Have we all become so intolerant that anger is the order of the day? On top of this, the call of "racism" for the slightest indiscretion or slight is the word "du jour". Everybody is getting in on the act, including former President Jimmy Carter, who characterizes Congressman Wilson's outburst as promoting racism against President Obama.

Serena's punishment for her outburst was severe, and to his credit, Papa Williams didn't play the race card. But I wonder if Roger Federer was punished for his outburst?

Look, I think that Congressman Wilson's actions were incredibly stupid and childish to be sure, but to call them racist? Well, that might be a stretch. I don't think every thoughtless, stupid verbal act committed by white folks against people of color, or vise versa, is racist. Sometimes people are just, well....stupid.

But having said that, it is also naive to think that racism does not exist in this country and that, in some corners, it doesn't play a part in certain decisions or reactions to events. Just because you don't verbally call someone a nigger, spic, kike, cracker, slant-eye or whatever racial slur you choose, doesn't mean you don't think that they are that slur.

We all need to take a time out and tone down this anger and hateful expression of speech. We have got to find a way to agree to disagree without using race as an excuse, or race baiting to achieve desired goals.

But perhaps that is too much of a Utopian concept. Maybe Rodney King's plea, "can't we all just get along?", is really a thing of fantasy.

I sincerely hope not, because remember, the behaviors and models of conduct we exhibit now, are what our children will use as guides for their own future attitudes and behavior. Is that the kind of legacy we wish to leave them? I for one - don't.

Monday, September 7, 2009

The President and Our Children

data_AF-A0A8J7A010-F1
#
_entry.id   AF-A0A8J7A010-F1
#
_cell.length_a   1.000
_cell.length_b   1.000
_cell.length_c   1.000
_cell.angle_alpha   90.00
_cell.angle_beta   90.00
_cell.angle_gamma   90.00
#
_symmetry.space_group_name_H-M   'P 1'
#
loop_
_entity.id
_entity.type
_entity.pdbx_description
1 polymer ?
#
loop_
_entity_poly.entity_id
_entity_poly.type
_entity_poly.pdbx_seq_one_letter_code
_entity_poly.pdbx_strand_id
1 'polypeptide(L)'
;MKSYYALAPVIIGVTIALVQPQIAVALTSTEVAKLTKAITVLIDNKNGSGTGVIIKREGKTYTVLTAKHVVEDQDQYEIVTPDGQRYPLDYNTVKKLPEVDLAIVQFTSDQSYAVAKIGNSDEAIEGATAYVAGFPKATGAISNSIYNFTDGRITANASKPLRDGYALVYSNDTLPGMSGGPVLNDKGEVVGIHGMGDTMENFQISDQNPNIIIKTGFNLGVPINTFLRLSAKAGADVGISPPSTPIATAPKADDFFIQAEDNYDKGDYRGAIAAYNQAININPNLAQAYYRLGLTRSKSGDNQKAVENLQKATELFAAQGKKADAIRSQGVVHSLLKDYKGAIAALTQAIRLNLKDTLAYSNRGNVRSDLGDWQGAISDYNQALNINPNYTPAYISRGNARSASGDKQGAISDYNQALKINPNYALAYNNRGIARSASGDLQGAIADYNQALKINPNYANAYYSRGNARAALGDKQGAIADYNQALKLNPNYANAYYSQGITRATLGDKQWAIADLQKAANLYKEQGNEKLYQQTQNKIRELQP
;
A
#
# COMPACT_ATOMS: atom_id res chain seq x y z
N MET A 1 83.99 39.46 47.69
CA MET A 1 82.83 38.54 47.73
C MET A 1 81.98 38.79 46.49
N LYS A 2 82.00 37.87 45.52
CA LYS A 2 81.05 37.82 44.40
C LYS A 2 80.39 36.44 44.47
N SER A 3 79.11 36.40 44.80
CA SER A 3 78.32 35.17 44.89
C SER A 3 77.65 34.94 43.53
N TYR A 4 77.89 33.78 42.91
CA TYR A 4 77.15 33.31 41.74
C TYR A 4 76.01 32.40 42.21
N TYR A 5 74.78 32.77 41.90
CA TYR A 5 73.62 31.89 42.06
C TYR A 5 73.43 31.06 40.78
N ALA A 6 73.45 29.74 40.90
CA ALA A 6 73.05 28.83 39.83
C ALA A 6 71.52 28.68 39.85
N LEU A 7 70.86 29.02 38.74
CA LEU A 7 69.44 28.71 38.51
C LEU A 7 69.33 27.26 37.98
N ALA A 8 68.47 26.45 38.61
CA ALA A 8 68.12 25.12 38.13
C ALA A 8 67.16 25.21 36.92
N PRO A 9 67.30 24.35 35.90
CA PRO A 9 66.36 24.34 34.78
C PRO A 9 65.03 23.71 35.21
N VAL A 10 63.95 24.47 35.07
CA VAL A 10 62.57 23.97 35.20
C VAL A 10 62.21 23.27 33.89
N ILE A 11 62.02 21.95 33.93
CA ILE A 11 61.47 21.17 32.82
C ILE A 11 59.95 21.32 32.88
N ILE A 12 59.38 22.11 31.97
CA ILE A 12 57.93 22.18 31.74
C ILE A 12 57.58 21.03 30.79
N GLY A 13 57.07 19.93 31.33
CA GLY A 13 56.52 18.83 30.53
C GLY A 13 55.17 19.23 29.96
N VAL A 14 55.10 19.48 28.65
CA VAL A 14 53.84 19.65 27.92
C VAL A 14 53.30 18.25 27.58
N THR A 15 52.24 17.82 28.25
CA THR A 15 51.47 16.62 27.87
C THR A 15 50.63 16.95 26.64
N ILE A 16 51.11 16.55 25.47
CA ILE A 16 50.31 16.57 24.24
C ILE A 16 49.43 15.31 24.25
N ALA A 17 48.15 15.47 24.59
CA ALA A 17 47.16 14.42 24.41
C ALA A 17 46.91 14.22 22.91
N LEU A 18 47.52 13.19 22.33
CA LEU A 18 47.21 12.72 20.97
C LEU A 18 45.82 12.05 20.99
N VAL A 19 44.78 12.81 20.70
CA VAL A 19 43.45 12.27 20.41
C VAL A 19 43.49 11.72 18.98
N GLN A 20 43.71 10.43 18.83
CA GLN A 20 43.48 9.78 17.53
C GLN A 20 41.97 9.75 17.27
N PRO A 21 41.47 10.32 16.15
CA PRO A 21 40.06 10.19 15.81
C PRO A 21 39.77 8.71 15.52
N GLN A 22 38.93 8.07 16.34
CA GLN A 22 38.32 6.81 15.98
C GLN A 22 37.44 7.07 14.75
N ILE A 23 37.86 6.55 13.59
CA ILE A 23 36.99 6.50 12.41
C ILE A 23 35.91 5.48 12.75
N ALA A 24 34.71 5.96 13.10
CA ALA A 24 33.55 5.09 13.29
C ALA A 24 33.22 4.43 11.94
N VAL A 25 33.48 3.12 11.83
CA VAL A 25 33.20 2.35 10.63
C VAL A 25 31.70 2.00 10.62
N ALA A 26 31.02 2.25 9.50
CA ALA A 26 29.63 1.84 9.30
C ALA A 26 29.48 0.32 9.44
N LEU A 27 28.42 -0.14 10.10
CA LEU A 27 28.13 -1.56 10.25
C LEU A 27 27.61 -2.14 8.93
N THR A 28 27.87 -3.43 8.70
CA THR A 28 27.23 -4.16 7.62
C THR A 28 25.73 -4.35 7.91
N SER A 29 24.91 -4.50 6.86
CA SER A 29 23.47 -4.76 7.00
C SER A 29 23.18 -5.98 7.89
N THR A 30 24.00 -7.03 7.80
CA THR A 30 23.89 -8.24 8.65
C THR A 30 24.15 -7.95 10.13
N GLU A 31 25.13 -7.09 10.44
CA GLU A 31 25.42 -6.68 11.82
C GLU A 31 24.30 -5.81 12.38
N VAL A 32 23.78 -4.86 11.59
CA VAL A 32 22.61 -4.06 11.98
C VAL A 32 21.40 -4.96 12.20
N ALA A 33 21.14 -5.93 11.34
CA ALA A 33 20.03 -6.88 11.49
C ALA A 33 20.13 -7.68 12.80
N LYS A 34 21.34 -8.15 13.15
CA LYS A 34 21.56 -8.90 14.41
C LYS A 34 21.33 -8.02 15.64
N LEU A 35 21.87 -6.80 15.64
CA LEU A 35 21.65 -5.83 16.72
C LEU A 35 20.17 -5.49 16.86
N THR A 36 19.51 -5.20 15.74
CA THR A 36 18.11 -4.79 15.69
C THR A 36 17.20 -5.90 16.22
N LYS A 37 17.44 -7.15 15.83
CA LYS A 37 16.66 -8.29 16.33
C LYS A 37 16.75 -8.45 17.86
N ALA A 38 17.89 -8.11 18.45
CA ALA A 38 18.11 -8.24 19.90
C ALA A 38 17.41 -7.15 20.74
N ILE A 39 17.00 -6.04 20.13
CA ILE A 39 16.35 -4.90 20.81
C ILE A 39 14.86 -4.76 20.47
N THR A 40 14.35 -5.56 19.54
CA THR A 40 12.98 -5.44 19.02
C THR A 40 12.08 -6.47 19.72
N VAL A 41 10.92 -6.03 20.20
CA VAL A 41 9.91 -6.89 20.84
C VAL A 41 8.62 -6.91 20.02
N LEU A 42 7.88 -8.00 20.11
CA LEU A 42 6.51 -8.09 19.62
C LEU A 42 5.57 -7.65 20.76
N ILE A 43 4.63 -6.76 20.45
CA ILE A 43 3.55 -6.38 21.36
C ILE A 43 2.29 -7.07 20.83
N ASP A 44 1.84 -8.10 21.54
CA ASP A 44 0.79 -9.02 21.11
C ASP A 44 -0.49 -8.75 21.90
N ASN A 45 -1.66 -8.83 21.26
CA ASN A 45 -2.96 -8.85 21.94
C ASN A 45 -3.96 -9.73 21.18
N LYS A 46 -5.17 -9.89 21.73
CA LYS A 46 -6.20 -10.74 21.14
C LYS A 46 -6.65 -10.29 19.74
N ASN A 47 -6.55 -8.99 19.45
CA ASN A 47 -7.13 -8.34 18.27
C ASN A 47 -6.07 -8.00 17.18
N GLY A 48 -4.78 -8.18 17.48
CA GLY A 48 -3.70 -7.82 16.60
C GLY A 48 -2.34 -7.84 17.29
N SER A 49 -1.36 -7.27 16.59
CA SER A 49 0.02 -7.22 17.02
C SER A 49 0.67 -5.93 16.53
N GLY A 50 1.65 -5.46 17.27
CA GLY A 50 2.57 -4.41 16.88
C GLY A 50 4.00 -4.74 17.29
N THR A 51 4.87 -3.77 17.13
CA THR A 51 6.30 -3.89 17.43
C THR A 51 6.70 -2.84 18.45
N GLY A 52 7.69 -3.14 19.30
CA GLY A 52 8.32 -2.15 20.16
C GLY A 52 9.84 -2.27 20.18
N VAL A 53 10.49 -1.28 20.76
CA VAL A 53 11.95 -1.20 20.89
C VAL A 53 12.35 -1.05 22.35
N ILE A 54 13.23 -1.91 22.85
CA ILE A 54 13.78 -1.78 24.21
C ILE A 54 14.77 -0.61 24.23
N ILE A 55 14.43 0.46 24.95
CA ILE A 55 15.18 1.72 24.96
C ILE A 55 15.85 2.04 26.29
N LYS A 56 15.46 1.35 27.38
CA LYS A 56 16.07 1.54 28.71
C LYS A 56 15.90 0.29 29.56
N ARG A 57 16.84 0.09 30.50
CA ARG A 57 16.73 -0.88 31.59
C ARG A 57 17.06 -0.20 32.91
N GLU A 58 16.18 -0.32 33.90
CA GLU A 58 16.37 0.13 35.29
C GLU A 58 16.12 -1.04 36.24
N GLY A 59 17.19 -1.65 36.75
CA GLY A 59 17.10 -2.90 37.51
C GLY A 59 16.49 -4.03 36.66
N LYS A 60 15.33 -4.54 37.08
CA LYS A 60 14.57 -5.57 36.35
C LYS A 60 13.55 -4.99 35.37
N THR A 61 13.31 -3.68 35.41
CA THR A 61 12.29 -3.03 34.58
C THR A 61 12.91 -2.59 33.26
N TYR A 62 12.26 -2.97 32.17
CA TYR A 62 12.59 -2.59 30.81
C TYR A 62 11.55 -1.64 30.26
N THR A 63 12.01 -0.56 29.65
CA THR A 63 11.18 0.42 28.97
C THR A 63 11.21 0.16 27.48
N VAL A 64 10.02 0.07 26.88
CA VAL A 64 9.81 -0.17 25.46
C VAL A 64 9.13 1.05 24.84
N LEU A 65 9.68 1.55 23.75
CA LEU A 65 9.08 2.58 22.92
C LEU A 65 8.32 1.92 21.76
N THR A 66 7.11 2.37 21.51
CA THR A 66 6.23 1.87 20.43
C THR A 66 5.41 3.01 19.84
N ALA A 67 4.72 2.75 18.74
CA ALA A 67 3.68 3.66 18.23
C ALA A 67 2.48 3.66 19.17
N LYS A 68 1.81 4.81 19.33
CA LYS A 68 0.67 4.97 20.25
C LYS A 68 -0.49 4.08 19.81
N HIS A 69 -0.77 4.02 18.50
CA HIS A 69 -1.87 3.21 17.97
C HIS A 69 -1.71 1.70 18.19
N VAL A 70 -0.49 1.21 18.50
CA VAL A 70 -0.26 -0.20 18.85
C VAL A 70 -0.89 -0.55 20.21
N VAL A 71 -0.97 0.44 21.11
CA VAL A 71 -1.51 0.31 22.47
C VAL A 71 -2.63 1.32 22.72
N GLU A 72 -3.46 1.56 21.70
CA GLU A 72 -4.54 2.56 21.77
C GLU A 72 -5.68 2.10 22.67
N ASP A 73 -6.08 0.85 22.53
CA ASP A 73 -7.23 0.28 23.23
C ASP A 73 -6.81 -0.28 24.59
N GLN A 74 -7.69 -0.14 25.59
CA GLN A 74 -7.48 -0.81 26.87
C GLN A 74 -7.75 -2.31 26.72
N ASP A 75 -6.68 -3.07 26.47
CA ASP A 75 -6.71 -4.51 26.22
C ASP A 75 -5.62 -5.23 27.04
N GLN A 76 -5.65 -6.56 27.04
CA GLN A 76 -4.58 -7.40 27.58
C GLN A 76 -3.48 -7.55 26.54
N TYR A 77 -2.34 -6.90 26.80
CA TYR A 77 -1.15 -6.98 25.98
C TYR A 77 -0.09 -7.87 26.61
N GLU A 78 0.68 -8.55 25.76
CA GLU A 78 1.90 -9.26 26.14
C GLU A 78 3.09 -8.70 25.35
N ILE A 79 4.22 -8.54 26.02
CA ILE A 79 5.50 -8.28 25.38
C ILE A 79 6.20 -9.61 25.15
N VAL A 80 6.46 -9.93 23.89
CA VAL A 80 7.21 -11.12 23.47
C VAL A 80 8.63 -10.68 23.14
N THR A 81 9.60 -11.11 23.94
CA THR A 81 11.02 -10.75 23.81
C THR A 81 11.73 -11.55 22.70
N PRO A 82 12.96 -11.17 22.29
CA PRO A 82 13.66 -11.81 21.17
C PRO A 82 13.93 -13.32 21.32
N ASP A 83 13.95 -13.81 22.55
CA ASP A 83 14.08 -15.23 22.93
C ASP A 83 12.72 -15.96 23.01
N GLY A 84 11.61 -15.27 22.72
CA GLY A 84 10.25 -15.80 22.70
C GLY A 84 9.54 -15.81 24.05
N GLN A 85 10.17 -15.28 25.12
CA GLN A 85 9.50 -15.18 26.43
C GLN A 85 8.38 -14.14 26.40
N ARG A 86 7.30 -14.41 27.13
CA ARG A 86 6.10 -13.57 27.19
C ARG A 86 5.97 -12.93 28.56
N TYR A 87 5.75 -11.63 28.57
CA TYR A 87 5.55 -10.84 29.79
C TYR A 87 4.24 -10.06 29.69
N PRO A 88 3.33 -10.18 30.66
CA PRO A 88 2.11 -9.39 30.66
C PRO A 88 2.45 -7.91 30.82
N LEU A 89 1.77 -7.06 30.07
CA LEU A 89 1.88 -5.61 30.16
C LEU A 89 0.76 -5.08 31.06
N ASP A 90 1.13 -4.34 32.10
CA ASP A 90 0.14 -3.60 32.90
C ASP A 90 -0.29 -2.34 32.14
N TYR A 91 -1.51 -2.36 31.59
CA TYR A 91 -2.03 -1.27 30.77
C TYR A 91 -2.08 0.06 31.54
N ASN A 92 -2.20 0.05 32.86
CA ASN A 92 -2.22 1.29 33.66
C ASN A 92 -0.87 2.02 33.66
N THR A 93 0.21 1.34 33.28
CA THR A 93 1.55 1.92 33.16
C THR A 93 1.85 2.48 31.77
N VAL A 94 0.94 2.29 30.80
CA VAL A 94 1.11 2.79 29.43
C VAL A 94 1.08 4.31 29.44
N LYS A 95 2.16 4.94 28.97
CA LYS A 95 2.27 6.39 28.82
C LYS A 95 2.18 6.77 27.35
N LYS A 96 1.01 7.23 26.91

The fervor over Barack Obama's address to our children on Wednesday has reach a fever pitch that honestly, I just don't get. There are those who say that the President is mixing politics and his office by giving this speech to take some of the heat off the lousy job he's done with the healthcare reform issue.

My answer to that is, well, what president hasn't viewed this "back to school speech to kids" as a political opportunity? Hell, name a speech any politican gives that's not politically motivated to some degree or another.

No, the speech isn't the problem, at least on its face. The problem is the White House trying to control the method by which the educational community discusses...or not...the speech with the kids. If they had just left well enough alone, the speech would have been given and things would have moved on without much notice.

I actually read the speech, and it's fine to me. Work hard, don't give up, ask questions, education is important, this is the kind of advice the speech contains. Not much different than what my parents would drum into my siblings and me..all-the-time. Thank goodness they did! Now I do the same to my kids.

But the White House didn't leave it alone. So now, a relatively simple "do your best in school" kind of address, has morphed into a real or perceived "future voters for Obama" registration drive. Just like the lack of guidance has helped denigrate the healthcare debate into the debacle that it has become, this over controlling, "let's structure how educators discuss the president's speech" thing is not good judgement either.

I think our educators, for better or worse, do fine by themselves influencing our children by shaping political thought within their respective classrooms without White House intervention. Teacher influence on our kids - now that is an issue for a future blog posting.

Let the President give his speech so we can get back to the business of healthcare, the economy and Van Jones. Oh, my mistake, cross Jones off the list.